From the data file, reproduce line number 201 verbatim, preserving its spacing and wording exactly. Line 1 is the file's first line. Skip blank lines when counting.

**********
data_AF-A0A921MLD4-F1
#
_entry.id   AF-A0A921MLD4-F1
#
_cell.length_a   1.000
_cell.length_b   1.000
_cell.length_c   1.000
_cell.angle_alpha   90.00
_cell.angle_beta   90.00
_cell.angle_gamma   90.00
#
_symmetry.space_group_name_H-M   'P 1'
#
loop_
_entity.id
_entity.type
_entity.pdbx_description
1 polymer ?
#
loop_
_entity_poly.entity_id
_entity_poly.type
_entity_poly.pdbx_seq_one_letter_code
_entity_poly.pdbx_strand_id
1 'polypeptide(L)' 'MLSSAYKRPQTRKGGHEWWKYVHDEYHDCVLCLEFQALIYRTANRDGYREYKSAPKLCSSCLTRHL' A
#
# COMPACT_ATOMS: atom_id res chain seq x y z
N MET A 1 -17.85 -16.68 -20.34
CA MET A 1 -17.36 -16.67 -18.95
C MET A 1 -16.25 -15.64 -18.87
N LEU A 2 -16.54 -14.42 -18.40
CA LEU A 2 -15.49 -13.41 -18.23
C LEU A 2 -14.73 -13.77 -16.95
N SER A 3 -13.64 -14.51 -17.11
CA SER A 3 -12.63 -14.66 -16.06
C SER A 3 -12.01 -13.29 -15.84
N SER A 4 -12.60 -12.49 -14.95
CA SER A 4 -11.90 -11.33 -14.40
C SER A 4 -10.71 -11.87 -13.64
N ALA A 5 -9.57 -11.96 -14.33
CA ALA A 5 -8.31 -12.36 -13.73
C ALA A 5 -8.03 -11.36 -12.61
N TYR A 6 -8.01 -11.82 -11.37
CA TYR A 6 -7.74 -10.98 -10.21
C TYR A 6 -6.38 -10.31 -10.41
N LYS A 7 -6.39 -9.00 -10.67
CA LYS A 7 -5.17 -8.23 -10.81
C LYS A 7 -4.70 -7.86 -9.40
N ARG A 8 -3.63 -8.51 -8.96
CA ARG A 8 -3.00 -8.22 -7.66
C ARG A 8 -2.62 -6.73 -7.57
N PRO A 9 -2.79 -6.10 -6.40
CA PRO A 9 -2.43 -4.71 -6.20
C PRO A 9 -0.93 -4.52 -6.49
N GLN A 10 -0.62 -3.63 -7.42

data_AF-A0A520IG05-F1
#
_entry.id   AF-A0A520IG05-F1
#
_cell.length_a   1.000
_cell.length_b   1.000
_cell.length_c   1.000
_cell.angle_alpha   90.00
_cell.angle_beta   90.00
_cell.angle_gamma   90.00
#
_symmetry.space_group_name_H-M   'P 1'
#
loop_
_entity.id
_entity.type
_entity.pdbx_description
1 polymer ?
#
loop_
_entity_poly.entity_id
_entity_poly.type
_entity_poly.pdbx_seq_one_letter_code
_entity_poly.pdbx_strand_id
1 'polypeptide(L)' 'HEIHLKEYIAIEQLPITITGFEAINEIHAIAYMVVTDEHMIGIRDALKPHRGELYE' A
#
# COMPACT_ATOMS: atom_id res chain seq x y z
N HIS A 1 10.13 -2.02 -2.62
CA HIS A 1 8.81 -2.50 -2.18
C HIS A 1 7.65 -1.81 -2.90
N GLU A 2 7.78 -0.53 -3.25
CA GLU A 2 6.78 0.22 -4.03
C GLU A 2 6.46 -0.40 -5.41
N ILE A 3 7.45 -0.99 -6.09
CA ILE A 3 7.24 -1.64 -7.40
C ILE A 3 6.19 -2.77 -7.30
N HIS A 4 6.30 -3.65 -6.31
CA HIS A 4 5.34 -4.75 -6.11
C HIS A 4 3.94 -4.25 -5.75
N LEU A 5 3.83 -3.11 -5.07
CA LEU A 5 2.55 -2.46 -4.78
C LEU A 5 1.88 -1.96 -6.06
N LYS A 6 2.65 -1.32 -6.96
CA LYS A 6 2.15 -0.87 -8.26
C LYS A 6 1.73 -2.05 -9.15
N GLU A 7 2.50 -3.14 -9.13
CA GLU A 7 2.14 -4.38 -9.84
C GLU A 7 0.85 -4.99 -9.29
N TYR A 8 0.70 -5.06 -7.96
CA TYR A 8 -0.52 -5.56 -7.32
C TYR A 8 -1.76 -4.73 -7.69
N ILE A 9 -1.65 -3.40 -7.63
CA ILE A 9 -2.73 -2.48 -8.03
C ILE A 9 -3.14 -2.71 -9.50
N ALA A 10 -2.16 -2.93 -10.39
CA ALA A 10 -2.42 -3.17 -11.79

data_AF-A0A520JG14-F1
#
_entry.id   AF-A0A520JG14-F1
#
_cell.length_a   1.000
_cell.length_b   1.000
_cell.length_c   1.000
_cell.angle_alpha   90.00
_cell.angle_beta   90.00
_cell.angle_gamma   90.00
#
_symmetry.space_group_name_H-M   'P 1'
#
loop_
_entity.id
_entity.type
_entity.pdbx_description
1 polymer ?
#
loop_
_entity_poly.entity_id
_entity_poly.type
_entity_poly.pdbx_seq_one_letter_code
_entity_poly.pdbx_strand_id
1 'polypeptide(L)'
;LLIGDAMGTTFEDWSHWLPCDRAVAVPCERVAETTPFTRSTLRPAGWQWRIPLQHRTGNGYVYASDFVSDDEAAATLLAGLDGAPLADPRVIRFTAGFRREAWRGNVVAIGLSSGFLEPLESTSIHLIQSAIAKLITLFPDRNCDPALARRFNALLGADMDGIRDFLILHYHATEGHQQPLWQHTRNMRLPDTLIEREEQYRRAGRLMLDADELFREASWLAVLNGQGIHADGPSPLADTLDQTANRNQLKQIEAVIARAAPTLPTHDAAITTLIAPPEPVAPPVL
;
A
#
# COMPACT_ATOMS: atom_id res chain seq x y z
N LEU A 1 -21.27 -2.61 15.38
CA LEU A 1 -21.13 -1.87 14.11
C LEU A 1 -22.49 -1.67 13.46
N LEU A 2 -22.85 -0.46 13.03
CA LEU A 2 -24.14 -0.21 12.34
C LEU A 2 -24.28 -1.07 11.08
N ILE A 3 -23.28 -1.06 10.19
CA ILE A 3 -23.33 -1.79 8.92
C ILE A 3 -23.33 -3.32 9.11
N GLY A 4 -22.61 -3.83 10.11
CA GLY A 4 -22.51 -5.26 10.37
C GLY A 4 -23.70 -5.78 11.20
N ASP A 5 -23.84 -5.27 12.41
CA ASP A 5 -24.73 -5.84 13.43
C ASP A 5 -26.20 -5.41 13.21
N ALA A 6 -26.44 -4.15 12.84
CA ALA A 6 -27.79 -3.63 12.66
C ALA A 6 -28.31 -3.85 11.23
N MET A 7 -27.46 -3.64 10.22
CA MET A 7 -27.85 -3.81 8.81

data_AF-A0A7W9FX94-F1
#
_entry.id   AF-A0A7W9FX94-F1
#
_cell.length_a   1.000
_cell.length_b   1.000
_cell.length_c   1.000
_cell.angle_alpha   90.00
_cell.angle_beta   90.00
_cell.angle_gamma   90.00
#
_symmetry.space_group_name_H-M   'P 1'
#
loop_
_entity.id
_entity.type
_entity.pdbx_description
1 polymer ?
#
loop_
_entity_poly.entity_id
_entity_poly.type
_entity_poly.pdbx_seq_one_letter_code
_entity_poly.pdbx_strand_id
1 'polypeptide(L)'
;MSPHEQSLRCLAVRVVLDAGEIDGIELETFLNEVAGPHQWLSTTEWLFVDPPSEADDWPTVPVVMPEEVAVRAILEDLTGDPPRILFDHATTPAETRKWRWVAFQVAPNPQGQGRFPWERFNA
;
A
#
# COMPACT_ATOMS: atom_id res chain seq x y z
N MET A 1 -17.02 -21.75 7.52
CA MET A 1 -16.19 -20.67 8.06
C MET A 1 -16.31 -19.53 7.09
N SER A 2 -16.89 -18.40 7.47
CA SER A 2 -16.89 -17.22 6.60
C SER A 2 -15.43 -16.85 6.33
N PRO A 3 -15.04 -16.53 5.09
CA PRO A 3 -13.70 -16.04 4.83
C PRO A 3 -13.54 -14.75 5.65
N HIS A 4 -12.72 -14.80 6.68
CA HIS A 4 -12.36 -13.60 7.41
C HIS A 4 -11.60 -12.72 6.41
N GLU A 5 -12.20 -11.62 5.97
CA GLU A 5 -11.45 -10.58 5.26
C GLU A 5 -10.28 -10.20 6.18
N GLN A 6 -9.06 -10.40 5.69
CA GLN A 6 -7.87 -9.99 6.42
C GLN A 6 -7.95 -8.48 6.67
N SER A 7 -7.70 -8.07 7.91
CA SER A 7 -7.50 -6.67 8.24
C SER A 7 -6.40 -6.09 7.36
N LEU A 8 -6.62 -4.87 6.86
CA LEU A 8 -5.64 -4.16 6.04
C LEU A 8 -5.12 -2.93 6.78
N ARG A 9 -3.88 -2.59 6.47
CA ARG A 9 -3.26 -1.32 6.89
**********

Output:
N HIS A 4 -12.72 -14.80 6.68